The bulb is giant–so big that they looked at it suspiciously at the Chicago Art Institute when I stopped there after the Flower Show. Then they invoked some obscure rule involving foodstuffs and agricultural goods, and wouldn’t allow me to check it in the coatroom. I failed to see how actually lugging a 15 pound bulb through the museum, where it’s oniony fumes might discolor some varnish on the masterpieces, was actually preferable.
The bulb is so big that the only pot it fit into was my one fiberglass pot, an Italian pot I bought for a canna corm that grew to the size of an elephant’s paw.
Since I started the crinum going in the house in March, it was quite a job lugging it into the garden. I had to enlist the husband, something I try to avoid at all costs, given his extreme lack of interest in the garden and the resulting difficulty of pinning him down for 45 seconds of labor.
I like the strap-like leaves, but the spidery maroon and white blooms? I’m a little disappointed.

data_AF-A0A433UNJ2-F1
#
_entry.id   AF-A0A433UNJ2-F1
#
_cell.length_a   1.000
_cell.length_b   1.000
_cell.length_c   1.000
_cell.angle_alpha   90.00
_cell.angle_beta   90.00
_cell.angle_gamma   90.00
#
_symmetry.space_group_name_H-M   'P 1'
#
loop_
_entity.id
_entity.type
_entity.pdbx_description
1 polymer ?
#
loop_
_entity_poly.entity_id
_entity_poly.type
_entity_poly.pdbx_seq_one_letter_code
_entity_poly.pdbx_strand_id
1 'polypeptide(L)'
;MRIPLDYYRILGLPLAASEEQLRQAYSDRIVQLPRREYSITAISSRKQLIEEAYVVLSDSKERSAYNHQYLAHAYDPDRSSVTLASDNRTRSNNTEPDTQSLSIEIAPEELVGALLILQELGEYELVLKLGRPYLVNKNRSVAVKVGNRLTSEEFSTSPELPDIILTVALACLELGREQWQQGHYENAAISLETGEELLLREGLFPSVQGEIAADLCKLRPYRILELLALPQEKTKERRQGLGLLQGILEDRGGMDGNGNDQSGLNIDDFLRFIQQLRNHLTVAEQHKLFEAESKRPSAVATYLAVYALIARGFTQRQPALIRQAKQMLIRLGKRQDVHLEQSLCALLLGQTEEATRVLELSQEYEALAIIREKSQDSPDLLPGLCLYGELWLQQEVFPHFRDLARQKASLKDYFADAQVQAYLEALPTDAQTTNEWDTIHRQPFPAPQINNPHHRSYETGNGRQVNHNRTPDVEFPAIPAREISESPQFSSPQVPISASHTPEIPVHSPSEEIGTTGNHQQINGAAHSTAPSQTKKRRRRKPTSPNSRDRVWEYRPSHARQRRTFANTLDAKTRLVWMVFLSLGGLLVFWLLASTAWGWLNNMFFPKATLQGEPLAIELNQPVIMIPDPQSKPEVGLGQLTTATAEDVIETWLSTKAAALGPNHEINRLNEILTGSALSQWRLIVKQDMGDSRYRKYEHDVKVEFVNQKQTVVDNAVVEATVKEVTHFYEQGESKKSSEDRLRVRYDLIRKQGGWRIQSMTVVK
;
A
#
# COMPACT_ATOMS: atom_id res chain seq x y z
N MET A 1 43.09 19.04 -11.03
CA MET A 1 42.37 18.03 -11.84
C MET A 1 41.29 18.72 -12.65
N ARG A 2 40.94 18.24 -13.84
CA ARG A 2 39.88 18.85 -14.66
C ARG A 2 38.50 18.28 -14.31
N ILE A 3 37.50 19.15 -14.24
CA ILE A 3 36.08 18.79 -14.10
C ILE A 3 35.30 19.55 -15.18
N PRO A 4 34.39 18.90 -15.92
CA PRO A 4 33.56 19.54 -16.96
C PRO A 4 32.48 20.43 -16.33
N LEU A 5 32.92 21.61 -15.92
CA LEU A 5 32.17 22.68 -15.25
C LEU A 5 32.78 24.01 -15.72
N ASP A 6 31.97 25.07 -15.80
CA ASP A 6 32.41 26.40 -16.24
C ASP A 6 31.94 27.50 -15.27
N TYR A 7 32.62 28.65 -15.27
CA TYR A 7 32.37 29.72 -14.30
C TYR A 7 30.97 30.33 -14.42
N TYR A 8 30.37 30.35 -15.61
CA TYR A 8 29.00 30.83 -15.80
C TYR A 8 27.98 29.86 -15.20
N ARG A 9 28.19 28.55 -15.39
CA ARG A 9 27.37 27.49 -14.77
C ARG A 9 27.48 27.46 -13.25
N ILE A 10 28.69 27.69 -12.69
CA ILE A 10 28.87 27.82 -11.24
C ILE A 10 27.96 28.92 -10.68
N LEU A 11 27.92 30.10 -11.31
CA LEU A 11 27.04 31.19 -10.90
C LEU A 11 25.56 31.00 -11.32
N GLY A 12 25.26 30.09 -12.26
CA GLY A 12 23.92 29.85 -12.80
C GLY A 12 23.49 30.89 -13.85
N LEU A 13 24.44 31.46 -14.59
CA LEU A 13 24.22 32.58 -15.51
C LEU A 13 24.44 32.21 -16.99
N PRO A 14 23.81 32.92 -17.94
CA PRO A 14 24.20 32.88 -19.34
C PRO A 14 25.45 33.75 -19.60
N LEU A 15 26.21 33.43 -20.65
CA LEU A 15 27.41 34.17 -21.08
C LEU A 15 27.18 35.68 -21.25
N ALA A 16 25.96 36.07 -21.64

I found this photo from the Flower Show. If you look at the poster leaning against the stack of crinum bulbs to the left, you’ll see that my crinum is not as advertised: The blooms on the poster are more lily-like and more purple. More what I had in mind.
In my household, It’s very Darwinian for houseplants. They only survive if I can eat something off them, or find their flowers exceptionally pretty. We’ll see if the crinum gets lugged in or composted, come October.Posted by Michele Owens on July 22, 2011 at 6:11 am, in the category Uncategorized.